Welcome to The Book of Bones, a weekly adventure story. If you’re just joining the story, click here for Chapter 1.
The Blue Corn Brill smelled of burger grease, roasted chile, and stale beer. The afternoon sun shone through the dusty windows, casting dull beams on the warped wooden floor, stained by the spills of decades of tipsy clients. Three men in work uniforms sat around a table, loudly debating the relative merits of the Dallas Cowboys and Denver Broncos. When Bones walked in, they all gave him a quick glance. He raised his chin by way of greeting. The men returned the gesture, looking like baby ducks waiting to be fed, and then went back to their conversation. Mariachi music blared from an old jukebox. Bones smiled. Swap out the mariachi for some Metallica and he’d be right at home.
Marisol stood with her back to the bar, filling a pitcher with beer. Bones propped his elbows on the bar and waited for her to turn around.
“Oh my God, you scared me,” she said when her eyes fell on him. “What are you doing, stalker?”
“I didn’t want to interrupt you when you’re hard at work.”
She rolled her eyes. “I’ve got three customers. Four if I count you.”
“Why wouldn’t you count me? I’m awesome, and I’m a good tipper.”
She laughed at that. “We’ll see. Did you get checked into the motor lodge all right?”
“Sure did. Surprisingly, they had a ton of rooms available. I guess it isn’t tourist season.”
“It hasn’t been tourist season for as long as this town has been here. Hold on a minute.”
Bones waited while she carried the pitcher of beer over to the table where the football fans were still arguing. Embroiled in a heated Tony Romo versus Peyton Manning dispute, they hardly noticed her.
“So,” she said, wiping her hands on her jeans, “what will you have?”
“How are the chicken fingers?” Bones asked, scanning the chalkboard behind the bar where the menu was written in a delicate, feminine hand.
“Frozen. Same as the burger patties. The hot dogs are awful. The locals usually go for the burrito or the huevos rancheros.”
Remembering what Manny had said about the burritos, Bones decided on the latter. “Huevos rancheros sounds good. Eggs over easy, if you don’t mind.”
Mari nodded. “Red or green?”
“I forgot you’re not from around here,” she said. “Everything comes with chile on it. Do you want red or green?”
“Can I have both?”
“Christmas tree it is. What to drink?”
“Tell me you have Dos Equis with a lime. After the day I’ve had, I need one. Maybe more than one.”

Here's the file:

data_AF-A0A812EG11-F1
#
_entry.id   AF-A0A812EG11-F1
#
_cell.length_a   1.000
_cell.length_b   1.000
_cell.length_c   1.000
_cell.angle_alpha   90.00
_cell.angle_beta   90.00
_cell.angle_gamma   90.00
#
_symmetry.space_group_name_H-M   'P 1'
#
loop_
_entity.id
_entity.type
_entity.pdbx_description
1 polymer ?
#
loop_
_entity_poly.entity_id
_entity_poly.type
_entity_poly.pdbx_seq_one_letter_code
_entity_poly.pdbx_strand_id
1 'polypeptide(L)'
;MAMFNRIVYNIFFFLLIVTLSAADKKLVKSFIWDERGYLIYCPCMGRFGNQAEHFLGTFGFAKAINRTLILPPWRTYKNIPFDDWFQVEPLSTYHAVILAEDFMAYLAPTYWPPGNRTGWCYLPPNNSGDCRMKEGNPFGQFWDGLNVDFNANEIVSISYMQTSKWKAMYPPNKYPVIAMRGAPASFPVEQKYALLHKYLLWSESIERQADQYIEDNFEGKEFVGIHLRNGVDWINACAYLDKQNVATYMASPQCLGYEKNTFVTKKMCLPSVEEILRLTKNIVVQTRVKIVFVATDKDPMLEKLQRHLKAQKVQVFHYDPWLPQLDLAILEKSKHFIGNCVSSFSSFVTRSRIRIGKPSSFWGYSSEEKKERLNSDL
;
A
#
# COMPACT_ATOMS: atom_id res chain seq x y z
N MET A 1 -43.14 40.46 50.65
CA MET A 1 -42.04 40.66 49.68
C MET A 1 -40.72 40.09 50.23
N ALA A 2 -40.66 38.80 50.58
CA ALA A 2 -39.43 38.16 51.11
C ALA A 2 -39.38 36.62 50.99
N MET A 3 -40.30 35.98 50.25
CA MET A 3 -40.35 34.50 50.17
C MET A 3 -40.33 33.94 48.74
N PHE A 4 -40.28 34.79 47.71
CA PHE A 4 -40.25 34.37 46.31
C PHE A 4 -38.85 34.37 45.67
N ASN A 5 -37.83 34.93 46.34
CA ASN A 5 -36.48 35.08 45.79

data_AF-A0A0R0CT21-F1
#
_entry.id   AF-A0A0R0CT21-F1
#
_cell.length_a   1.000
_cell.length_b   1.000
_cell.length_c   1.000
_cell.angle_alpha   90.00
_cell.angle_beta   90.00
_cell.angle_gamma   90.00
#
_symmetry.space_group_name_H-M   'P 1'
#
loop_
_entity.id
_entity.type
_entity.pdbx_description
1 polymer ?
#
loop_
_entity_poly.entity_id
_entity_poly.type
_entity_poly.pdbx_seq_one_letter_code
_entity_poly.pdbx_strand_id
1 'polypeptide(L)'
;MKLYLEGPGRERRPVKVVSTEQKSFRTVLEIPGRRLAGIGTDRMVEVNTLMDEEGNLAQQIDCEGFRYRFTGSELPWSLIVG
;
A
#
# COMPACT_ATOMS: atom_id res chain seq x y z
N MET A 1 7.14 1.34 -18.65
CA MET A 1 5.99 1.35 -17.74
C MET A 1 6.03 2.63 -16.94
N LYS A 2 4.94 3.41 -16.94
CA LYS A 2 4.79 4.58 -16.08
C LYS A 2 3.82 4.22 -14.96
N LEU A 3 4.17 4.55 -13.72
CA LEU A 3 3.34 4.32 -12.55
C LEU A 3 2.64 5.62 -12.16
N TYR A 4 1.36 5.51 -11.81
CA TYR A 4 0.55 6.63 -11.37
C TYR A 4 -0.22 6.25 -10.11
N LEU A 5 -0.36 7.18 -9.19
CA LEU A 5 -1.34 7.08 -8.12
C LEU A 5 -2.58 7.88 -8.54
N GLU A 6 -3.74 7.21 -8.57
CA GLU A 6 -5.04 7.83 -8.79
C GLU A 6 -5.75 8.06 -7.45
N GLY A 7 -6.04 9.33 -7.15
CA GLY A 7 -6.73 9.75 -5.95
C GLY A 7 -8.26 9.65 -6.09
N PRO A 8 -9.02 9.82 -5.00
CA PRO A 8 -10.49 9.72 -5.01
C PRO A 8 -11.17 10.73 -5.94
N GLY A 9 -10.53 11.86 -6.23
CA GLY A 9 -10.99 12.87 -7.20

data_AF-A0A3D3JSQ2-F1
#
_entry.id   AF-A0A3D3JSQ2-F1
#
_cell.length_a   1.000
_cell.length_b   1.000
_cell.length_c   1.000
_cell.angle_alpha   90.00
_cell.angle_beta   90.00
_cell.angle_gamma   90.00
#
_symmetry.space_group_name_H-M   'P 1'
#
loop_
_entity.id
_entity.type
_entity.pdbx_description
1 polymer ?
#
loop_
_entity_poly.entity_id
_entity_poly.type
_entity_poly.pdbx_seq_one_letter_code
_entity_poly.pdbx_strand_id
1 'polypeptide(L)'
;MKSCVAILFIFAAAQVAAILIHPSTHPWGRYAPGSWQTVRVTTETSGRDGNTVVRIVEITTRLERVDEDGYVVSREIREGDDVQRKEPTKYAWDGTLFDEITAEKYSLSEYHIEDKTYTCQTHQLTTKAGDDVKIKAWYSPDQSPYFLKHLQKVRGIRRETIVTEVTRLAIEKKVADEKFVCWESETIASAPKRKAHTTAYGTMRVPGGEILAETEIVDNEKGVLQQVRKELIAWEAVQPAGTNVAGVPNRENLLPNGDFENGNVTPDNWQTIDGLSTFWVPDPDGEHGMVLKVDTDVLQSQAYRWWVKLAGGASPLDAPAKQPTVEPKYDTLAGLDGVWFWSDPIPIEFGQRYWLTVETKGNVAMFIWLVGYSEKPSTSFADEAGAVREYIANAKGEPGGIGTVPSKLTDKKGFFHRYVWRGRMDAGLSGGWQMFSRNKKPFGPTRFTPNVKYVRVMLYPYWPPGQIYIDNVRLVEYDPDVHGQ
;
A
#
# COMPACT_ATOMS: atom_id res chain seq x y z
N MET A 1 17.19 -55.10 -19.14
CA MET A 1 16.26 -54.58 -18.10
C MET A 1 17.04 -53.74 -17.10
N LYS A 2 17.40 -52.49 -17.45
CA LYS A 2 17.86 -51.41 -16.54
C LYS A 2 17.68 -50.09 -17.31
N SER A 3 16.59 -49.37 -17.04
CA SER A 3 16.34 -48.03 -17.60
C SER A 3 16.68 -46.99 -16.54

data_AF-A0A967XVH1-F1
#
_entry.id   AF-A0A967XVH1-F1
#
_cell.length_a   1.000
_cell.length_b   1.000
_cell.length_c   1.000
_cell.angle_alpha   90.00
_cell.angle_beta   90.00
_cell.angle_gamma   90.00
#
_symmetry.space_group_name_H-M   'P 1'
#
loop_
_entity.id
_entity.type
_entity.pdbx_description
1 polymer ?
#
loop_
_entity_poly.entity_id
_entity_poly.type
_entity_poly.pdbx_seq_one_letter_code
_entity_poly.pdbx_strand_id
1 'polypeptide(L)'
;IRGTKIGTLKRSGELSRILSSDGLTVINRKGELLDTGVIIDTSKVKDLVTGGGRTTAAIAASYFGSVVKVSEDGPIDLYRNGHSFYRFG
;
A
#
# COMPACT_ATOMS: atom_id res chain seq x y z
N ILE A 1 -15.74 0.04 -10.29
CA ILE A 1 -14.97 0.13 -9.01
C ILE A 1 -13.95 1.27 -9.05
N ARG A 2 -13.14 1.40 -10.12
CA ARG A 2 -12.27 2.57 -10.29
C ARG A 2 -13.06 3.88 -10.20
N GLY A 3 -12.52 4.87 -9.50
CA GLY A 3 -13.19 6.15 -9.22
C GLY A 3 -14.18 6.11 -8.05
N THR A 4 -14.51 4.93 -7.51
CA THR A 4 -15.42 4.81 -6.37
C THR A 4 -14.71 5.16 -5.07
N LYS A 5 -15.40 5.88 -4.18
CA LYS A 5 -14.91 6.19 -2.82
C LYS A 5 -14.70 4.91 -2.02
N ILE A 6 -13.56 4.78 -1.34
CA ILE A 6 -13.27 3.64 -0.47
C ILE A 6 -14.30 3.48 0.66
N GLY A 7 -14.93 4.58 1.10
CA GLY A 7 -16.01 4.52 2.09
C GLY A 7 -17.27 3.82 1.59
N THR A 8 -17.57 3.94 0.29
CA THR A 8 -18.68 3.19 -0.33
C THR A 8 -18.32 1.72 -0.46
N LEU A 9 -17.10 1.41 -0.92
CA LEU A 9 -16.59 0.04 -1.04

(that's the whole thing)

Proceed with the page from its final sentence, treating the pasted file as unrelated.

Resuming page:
“Dos Equis I have. No limes.”
“Good enough.” Bones accepted the ice cold bottle, chose a table close to the bar, and took a seat. He rocked back, stretching his long legs out, and gazed out the window. There wasn’t much to see outside, but Mari was the only thing worth looking at in here, and he wasn’t the kind to stare. He thought about his friends, Willis and Matt, arriving in Vegas tomorrow without him. Twenty four hours from now, they’d be living it up, surrounded by bright lights and beautiful women, while Bones would be here, surrounded by juniper. Not much of a tradeoff.
A few minutes later, Mari slid a plate onto the table. Bones’ mouth watered at the sight of the heaping pile of pinto beans, cheese, and green chile over two blue corn tortillas and topped with three eggs. You couldn’t get this at a Vegas buffet. He was just digging in when she sat another, identical dish on his table along with a steaming cup of coffee.
“I know I’m a big dude, but I can’t eat that much. At least, not if I want to keep my girlish figure.”
“It’s for Manny.” She giggled and playfully punched him on the shoulder. “He comes in at the same time every day and orders the same thing. I like to have it ready for him.” She glanced up. “See? Here he is.”
Manny bounded into the restaurant, greeted the customers with a wave and a loud “ola” and then took at seat across from Bones. “You saved me a seat.” Without further word, he dug into his meal.
The two men ate in companionable silence. When they’d both cleared their plates, they enjoyed their drinks and made small talk. Manny was an army veteran, and had a few tales to tell. Every one of them involved women and alcohol, not necessarily in that order. Bones was beginning to feel right at home when a new customer entered.